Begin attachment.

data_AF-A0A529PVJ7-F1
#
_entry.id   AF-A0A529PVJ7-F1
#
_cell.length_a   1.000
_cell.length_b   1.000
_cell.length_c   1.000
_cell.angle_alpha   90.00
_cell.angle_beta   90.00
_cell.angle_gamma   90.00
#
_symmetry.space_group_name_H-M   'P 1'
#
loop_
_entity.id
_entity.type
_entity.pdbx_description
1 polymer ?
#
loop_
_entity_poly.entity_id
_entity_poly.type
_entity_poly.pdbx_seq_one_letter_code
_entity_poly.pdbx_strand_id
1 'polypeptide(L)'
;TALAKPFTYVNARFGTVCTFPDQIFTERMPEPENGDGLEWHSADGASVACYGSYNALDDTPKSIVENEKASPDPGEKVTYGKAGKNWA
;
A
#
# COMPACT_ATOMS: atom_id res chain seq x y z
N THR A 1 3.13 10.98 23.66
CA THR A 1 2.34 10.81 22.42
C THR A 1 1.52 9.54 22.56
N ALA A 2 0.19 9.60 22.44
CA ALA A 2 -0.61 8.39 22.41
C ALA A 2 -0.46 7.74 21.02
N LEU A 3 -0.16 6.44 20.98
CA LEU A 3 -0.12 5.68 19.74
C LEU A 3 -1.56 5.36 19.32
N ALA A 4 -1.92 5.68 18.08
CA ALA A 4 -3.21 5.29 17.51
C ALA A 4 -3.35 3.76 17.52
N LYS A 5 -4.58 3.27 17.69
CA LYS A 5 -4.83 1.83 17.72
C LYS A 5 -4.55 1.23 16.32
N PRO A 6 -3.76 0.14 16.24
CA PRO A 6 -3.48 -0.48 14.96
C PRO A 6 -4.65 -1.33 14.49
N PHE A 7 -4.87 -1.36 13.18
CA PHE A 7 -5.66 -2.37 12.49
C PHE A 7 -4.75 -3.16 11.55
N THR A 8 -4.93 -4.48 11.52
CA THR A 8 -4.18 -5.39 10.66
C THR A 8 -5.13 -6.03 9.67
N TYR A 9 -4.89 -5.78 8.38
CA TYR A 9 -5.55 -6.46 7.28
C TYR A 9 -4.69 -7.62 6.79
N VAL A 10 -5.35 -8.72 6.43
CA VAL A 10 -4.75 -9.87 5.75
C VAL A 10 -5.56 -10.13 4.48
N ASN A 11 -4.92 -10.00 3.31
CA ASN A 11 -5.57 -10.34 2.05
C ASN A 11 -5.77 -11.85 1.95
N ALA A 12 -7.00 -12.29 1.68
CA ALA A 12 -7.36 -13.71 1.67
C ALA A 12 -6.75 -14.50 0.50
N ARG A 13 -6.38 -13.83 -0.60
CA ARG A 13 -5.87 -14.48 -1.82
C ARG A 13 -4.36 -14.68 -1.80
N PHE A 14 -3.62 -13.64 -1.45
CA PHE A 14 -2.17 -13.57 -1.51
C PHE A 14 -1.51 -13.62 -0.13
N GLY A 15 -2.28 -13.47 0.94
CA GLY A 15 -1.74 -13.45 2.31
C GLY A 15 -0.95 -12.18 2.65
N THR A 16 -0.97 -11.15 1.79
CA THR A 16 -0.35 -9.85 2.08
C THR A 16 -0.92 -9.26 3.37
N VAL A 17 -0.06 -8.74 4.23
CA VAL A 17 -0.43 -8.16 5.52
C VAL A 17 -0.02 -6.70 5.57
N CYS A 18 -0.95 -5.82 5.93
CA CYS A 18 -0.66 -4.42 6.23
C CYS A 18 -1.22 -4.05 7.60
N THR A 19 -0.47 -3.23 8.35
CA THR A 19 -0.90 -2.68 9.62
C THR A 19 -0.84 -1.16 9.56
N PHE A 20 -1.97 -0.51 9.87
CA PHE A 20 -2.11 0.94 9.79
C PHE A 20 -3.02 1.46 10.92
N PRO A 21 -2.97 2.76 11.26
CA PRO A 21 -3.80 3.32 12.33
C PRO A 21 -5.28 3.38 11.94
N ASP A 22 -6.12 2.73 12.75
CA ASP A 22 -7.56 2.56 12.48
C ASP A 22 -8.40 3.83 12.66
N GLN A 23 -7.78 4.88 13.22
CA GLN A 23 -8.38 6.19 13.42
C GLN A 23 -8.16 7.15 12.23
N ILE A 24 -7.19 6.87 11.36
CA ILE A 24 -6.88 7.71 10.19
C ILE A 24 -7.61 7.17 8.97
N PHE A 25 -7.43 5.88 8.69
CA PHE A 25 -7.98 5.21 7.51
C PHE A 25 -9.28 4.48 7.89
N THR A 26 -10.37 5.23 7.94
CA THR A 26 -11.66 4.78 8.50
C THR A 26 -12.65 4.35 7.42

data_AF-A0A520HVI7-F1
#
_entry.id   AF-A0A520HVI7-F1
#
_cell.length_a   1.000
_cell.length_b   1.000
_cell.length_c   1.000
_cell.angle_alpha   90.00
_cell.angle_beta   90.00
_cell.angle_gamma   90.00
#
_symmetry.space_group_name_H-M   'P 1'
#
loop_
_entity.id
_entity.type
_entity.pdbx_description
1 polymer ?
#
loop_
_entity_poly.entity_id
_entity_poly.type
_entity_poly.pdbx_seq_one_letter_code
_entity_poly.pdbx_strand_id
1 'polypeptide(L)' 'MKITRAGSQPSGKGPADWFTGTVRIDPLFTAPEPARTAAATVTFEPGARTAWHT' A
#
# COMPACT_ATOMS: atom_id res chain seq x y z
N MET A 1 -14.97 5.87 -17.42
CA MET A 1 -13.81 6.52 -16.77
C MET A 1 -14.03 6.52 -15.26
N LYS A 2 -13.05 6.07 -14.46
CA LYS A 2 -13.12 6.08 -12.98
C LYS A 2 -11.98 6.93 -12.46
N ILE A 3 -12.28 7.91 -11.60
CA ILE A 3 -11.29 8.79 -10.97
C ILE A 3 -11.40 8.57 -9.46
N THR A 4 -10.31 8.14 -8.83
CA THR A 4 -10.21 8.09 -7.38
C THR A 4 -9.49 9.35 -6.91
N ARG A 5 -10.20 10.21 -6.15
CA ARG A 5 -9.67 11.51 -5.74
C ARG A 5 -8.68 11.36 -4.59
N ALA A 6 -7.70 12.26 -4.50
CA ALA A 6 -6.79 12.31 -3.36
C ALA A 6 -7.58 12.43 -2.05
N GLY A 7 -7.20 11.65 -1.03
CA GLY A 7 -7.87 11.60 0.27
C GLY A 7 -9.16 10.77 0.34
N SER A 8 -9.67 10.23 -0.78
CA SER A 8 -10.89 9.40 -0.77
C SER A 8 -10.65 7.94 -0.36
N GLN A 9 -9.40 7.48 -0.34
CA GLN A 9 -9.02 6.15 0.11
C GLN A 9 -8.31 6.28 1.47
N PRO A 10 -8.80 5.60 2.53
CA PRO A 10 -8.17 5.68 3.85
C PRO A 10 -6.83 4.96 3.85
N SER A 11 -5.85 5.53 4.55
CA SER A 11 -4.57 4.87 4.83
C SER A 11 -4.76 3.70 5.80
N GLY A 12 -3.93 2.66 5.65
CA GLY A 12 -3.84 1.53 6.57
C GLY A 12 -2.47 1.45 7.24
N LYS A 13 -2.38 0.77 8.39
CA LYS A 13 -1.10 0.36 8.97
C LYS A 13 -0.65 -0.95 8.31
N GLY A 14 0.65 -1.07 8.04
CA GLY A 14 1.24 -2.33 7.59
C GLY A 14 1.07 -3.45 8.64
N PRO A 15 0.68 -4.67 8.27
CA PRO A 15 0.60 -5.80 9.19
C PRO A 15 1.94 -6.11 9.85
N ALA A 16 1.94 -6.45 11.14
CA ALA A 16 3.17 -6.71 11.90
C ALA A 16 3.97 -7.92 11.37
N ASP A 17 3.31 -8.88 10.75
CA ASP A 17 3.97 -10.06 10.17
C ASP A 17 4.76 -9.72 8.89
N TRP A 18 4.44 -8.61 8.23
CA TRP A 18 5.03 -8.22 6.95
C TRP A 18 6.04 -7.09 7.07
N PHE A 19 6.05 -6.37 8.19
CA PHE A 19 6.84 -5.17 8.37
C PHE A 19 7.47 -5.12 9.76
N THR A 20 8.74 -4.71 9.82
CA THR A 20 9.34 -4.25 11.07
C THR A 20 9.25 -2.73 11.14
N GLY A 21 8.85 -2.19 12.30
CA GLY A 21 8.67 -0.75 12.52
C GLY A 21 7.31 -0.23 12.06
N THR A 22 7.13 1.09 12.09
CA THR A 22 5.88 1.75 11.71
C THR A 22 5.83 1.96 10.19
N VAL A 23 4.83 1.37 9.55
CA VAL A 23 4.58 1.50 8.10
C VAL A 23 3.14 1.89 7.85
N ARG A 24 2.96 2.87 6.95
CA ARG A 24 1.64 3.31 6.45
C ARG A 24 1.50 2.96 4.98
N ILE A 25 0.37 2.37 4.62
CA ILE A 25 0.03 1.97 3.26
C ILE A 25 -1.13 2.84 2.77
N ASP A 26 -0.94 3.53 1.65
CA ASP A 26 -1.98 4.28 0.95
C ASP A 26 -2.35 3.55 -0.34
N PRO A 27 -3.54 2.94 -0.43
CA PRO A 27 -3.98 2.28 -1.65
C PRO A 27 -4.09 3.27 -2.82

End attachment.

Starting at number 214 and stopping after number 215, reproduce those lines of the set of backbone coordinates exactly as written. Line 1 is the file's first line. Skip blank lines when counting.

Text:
N PRO A 27 -3.54 2.94 -0.43
CA PRO A 27 -3.98 2.28 -1.65